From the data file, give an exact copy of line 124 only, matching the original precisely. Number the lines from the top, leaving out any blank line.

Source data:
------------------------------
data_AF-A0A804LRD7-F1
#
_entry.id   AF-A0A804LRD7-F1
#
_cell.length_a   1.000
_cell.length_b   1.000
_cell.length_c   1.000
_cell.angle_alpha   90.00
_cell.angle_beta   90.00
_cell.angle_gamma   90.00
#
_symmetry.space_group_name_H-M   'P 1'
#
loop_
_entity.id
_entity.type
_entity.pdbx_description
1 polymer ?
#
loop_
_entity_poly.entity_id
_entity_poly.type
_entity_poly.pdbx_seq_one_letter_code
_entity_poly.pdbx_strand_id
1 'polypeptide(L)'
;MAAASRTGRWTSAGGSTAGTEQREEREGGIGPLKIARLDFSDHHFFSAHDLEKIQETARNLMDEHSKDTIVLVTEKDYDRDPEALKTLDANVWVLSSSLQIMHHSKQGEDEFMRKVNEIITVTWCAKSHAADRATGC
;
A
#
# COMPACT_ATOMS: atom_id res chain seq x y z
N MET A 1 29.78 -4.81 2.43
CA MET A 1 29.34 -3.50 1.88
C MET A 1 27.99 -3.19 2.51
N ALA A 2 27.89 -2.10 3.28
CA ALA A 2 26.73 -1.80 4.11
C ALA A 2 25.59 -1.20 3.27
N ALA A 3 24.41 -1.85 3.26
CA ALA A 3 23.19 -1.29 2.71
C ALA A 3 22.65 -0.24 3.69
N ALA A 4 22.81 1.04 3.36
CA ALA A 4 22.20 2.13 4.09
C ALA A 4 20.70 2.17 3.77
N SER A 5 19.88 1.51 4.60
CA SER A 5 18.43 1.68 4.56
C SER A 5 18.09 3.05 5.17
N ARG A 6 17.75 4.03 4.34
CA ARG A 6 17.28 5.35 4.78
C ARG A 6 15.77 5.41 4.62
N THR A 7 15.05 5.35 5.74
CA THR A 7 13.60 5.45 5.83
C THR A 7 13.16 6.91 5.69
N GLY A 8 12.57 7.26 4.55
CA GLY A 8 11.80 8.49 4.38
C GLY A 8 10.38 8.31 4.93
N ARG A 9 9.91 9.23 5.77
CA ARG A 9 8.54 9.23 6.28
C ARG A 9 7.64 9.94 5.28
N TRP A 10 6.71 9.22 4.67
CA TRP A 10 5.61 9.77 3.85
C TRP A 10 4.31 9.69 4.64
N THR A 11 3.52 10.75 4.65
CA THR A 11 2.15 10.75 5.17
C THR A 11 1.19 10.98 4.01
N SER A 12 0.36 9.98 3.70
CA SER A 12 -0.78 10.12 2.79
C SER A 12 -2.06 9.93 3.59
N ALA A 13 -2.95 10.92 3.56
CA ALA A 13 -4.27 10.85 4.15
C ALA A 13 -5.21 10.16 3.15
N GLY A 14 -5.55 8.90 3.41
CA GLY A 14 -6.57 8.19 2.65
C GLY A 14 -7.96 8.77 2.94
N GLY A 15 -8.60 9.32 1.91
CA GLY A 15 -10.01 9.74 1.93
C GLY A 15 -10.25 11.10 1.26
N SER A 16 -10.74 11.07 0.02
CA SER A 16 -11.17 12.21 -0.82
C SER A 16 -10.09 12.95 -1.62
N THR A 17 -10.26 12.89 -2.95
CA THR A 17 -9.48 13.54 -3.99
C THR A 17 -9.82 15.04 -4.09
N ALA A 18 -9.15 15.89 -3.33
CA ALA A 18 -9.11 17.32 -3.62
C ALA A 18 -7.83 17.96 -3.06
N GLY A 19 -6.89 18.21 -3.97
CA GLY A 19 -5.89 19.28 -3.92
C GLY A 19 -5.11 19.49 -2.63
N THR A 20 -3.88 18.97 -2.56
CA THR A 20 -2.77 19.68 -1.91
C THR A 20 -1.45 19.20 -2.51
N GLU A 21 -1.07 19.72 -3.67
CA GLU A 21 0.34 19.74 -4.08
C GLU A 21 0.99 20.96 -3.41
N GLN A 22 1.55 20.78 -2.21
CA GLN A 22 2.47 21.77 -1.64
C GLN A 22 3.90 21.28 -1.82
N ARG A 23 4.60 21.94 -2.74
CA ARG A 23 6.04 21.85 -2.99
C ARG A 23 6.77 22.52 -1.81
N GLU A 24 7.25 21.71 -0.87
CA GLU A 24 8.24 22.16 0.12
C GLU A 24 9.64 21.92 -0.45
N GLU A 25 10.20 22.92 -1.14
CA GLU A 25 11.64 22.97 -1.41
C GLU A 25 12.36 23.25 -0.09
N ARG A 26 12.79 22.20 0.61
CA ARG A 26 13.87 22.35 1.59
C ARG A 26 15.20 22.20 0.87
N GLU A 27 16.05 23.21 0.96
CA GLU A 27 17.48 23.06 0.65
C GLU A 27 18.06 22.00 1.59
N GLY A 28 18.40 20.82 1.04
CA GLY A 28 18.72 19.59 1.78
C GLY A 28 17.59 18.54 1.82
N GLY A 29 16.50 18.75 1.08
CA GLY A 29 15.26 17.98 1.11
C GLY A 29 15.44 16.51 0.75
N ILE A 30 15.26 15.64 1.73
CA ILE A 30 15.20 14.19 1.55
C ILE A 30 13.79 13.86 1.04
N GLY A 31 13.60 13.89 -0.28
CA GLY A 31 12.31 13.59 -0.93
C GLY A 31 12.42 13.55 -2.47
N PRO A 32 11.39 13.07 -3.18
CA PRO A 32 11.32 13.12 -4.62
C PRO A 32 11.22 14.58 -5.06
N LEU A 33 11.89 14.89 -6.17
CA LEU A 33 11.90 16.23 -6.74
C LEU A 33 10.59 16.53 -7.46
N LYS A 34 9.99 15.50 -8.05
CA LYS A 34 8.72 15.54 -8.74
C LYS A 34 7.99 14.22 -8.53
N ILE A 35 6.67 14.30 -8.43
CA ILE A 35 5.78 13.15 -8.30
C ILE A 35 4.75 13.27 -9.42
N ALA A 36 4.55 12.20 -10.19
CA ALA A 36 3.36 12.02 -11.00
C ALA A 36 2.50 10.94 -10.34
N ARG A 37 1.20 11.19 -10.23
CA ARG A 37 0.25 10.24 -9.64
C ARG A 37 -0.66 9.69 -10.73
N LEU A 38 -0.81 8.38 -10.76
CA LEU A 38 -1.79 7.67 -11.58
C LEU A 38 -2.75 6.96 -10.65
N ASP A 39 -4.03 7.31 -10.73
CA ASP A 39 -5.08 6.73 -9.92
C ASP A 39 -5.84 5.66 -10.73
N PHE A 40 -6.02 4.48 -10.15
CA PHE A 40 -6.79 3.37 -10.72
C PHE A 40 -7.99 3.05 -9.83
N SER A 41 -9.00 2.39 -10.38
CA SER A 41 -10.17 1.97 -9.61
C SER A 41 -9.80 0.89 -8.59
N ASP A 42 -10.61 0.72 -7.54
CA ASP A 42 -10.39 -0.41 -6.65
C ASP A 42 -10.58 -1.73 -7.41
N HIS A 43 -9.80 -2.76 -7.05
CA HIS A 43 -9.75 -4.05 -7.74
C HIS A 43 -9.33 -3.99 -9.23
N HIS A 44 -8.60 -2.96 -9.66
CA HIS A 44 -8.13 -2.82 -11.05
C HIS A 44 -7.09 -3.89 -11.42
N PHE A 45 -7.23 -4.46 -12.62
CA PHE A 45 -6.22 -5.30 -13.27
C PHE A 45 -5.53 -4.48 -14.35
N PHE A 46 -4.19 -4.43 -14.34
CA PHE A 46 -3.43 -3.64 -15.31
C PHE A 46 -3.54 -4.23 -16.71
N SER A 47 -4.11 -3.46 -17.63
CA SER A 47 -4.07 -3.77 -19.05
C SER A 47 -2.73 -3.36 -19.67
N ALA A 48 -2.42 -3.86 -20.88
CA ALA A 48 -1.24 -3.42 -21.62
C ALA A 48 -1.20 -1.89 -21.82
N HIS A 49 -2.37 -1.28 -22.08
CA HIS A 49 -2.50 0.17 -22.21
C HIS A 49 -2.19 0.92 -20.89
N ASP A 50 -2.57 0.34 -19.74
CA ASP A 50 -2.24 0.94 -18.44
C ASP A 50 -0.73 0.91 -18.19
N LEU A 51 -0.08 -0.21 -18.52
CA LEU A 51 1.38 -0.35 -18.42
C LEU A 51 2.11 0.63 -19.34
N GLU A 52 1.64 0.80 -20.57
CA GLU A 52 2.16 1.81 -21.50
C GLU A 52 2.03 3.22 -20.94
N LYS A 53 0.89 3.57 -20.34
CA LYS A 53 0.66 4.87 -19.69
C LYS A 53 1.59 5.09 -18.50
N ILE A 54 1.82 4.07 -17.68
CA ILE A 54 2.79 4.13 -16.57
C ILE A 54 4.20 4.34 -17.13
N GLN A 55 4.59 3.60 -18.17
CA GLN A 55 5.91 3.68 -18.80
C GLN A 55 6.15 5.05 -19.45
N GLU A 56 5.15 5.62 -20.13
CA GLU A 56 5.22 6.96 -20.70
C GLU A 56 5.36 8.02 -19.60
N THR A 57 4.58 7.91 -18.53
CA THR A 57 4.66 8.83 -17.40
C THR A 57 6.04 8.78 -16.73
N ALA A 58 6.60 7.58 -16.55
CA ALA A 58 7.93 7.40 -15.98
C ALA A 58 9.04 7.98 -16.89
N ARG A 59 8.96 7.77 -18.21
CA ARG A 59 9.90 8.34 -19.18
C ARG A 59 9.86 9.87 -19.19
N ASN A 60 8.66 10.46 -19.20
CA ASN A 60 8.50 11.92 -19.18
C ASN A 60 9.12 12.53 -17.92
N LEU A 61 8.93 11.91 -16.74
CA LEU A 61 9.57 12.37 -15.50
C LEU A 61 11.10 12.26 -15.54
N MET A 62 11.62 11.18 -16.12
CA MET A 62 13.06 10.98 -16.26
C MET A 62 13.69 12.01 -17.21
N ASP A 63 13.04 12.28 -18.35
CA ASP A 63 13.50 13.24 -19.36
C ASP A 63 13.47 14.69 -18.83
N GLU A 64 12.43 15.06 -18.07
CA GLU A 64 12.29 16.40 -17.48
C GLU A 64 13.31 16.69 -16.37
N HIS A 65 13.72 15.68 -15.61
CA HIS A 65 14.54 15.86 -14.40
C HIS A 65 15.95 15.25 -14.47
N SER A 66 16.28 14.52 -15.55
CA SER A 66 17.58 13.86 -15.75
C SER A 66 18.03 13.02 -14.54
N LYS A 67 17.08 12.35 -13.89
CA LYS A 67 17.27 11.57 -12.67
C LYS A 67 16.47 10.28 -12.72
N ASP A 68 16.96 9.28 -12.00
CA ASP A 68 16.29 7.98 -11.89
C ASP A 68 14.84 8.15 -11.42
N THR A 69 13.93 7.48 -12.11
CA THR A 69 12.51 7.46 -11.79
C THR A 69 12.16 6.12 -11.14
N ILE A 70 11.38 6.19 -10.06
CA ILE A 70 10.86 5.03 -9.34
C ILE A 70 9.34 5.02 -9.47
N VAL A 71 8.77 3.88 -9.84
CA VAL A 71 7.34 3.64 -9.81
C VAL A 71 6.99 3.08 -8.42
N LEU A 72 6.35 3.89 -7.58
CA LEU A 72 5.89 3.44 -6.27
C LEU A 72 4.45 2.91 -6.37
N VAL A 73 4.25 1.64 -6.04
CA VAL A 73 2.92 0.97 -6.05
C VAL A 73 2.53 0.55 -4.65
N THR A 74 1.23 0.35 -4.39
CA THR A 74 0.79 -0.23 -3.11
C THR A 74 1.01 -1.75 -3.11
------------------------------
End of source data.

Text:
N PRO A 32 11.39 13.07 -3.18